Mitt Romney

I have a feeling there’s been a secret meeting to which I have not been invited.

Many of my friends must have attended, because they’re all thinking alike.

Suddenly, because Mitt Romney narrowly won one primary in his birth state – the state formerly presided over by his governor father and a primary he was expected to win all along – he has been crowned, by these friends of mine, as the heir apparent to the GOP presidential nomination.

I’m not buying it.

I’m not drinking that Kool-Aid. Not now, not ever.

In fact, I truly hope Mitt Romney stumbles and bumbles as he did in Iowa and New Hampshire – two other states he was supposed to have won.

The reason I hope he loses again and again is because I can never vote for him – no matter whom he might run against as the Republican nominee.

Ann Coulter might think of me as a “liberal” for writing this, but she’s wrong when she claims her new darling has only flip-flopped on one issue – abortion.

Not so. I’ll get to other issues he’s flipped and flopped on, but maybe Ann doesn’t understand Romney’s position on abortion is still not clear. In fact, you could make the case his position on abortion is still unclear.

Romney claims he had something of a Damascus Road conversion on abortion during his governorship as he studied the issue of embryonic stem cell research. As the legend has it, he decided in a moment of wrestling with his morality that both were wrong.

Left out of that official version of events, however, is this little tidbit: Romney still – to this day – owns stock in two companies involved in embryonic stem cell research.

Now, keep in mind, it was less than three years ago that Romney “saw the light” on the issue of life.

“In considering the issue of embryo cloning and embryo farming, I saw where the harsh logic of abortion can lead to the view of innocent new life as nothing more than research material or commodity,” he said.

In other words, Romney claims to have awakened to the harsh realities of abortion by studying the issue of embryonic stem cell research.

First, from a logical standpoint, this makes no sense. If you can’t see why stabbing an unborn baby in the head with a pair of scissors is an overtly evil act, I don’t think any amount of study of embryonic stem cell research will awaken your sense of moral outrage. But that’s what Romney would like us to believe. After all, he’s got to explain why he discovered so late in his public life that people have an inherent right to life.

But now we’re supposed to believe this gazillionaire, worth about $250 million, didn’t even bother to examine his own financial portfolio to see how he was actively supporting the killing of unborn babies with his own investments.

Or, are we supposed to believe this was just an oversight? If so – if this guy is so cavalier about his own investments – how are we supposed to trust him with the federal budget?

Now let’s move on to the flipperoos that escaped Ann Coulter’s attention:

  • Immigration: As late as last year, the candidate who now ridicules amnesty proposals said: “I don’t believe in rounding up 11 million people and forcing them at gunpoint from our country. With these 11 million people, let’s have them registered, know who they are. Those who’ve been arrested or convicted of crimes shouldn’t be here; those that are here paying taxes and not taking government benefits should begin a process toward application for citizenship, as they would from their home country.” Wasn’t that pretty much the Bush party line?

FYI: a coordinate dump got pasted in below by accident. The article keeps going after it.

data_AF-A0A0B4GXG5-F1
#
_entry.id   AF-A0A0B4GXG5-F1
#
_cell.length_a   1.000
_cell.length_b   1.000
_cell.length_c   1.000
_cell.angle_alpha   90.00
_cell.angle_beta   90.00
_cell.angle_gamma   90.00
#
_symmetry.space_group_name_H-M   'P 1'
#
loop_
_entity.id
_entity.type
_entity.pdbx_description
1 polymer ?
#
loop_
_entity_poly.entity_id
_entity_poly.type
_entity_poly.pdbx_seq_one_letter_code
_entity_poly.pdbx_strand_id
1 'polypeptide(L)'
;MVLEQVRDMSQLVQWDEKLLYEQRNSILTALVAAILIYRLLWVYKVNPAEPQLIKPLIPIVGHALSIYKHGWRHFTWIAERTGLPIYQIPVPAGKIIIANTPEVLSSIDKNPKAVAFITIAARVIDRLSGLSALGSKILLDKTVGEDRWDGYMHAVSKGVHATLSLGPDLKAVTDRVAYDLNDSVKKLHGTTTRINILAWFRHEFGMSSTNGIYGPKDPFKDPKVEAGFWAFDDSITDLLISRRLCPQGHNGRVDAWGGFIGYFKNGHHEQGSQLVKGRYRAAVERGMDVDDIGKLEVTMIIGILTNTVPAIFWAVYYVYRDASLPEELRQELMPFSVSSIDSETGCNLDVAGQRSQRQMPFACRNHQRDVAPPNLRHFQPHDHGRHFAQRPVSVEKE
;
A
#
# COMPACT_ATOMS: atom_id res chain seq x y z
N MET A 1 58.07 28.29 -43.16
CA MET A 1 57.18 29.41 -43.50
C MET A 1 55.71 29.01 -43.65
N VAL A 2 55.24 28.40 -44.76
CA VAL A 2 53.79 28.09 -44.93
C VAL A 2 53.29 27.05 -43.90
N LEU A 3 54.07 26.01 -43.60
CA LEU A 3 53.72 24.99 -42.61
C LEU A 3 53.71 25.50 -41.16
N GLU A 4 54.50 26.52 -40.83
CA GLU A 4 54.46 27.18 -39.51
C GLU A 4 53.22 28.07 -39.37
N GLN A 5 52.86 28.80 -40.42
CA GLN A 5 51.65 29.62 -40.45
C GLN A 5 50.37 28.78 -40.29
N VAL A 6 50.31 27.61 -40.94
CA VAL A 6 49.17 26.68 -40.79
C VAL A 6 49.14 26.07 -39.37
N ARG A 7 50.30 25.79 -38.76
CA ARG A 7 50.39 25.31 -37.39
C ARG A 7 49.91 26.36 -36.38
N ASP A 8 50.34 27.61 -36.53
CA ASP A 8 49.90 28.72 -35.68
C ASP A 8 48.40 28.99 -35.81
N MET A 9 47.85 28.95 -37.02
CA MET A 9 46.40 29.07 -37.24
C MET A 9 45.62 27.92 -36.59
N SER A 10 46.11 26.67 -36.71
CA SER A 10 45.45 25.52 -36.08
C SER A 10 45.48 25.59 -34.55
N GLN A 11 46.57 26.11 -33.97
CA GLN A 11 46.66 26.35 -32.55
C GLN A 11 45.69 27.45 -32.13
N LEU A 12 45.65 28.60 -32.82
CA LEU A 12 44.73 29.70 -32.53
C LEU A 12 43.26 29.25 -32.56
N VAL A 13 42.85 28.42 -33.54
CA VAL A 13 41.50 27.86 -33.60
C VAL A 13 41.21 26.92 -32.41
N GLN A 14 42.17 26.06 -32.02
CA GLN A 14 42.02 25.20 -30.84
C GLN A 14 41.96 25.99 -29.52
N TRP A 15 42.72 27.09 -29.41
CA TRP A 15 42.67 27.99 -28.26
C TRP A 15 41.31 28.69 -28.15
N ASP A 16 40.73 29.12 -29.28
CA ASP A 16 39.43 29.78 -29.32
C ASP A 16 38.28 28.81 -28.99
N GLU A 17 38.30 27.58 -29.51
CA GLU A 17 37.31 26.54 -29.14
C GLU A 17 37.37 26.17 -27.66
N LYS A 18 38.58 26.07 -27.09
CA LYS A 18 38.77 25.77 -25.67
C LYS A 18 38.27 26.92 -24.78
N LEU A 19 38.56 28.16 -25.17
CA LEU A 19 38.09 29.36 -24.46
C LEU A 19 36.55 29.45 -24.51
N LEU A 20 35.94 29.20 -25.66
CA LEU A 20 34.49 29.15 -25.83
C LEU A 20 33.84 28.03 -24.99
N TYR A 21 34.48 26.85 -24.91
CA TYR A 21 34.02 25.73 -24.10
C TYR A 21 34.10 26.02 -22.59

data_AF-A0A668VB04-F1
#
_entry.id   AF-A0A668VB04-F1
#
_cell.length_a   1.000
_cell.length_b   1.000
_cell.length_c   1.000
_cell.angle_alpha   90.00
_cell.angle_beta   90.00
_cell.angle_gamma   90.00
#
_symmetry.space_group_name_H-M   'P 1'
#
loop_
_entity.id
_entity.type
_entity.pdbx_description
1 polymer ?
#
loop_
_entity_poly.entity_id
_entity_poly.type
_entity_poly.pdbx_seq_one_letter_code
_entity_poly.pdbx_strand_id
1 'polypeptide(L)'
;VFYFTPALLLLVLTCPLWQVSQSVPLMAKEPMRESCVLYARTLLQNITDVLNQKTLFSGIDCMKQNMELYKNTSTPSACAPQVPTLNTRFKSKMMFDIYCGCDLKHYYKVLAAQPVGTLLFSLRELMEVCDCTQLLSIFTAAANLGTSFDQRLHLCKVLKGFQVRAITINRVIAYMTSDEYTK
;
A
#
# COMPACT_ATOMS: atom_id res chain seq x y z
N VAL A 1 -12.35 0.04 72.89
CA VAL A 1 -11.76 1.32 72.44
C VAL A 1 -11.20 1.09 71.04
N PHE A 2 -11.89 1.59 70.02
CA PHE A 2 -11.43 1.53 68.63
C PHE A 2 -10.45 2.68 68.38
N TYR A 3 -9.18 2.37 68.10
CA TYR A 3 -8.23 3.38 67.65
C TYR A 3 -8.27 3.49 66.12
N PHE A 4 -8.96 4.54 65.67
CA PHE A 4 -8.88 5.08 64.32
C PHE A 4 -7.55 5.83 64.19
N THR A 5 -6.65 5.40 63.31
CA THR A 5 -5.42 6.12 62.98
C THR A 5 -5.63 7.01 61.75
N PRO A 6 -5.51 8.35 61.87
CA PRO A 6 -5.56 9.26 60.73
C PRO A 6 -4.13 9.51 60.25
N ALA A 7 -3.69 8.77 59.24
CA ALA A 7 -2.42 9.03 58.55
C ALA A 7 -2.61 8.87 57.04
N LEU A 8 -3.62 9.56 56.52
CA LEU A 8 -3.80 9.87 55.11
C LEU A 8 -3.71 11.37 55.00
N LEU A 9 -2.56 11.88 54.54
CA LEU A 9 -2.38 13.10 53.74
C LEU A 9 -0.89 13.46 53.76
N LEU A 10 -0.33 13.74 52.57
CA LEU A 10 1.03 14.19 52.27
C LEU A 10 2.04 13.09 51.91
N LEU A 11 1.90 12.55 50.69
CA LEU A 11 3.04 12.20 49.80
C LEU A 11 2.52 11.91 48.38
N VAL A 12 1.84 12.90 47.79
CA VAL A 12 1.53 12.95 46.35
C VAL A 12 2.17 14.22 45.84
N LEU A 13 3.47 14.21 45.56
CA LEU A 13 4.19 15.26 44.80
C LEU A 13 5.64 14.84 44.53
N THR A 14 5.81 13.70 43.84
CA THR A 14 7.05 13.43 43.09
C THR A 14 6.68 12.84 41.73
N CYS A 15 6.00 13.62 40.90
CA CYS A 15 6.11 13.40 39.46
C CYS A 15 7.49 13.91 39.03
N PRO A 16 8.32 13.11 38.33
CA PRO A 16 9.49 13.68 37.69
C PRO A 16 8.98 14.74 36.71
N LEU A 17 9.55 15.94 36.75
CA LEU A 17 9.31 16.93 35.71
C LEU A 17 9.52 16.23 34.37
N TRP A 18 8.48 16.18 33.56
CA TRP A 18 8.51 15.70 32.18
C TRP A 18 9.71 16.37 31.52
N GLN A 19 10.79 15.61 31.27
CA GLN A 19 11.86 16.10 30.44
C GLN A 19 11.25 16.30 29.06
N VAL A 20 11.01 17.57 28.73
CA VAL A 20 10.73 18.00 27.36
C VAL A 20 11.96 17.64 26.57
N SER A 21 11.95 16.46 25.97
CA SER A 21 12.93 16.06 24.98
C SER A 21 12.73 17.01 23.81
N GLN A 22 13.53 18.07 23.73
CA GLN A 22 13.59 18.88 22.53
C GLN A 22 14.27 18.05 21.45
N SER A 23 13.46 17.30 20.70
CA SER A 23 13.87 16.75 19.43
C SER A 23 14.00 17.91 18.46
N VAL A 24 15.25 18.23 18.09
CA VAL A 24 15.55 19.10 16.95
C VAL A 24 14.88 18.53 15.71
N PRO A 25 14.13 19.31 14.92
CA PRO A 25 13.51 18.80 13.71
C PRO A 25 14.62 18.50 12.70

• Gun control: He supported bans on so-called “assault weapons.” He supported the Brady bill. He spurned the National Rifle Association. As late as 2002, he was still defending Massachusetts’ confiscatory gun laws. But, last year, he joined the NRA and claimed to favor easing licensing requirements.

  • Minimum wage: In 1994, he opposed an increase, but offered as a compromise tying a hike to the rate of inflation. By 2002, he supported an increase. In 2006, he vetoed an increase. Like some other notable politicians of the recent past, he was against it before he was for it, before he was against it.

  • Same-sex marriage: In 1994, he opposed the federal marriage amendment and promised to help establish “full equality for America’s gays and lesbians.” In 2002, he provided legal recognition to same-sex couples in Massachusetts, even though he was not required to do so under a state Supreme Judicial Court ruling, as he has suggested. As governor, he even threatened to fire officials who would not issue same-sex marriage licenses and perform civil ceremonies. Yet, now, in 2007, he miraculously supports the federal marriage amendment.

  • Homosexuals in the military: In 1994, he supported “don’t ask, don’t tell,” saying it was a step toward “gays and lesbians being able to serve openly and honestly in our nation’s military.” Today he claims he doesn’t want to change the policy to permit homosexuals from serving openly in the military.

  • Tax cutting: In 1994, he opposed a cut in the capital gains tax. In 2002, he refused to sign a “no new taxes” pledge. In 2007, he claims to support a cut in capital gains taxes. He has taken the “no new taxes” pledge. And he says he supports making President Bush’s tax cuts permanent.

Nevertheless, Ann Coulter, Rush Limbaugh, Laura Ingraham, Sean Hannity and countless other friends of mine – people who are right far more often than they are wrong – have somehow fallen under the spell of Mitt Romney.

I look at the man, and I see the face of disingenuousness. They look at it and see the face of sincerity.

I swear I didn’t drink the Kool-Aid.

Can they make the same vow?

Note: Read our discussion guidelines before commenting.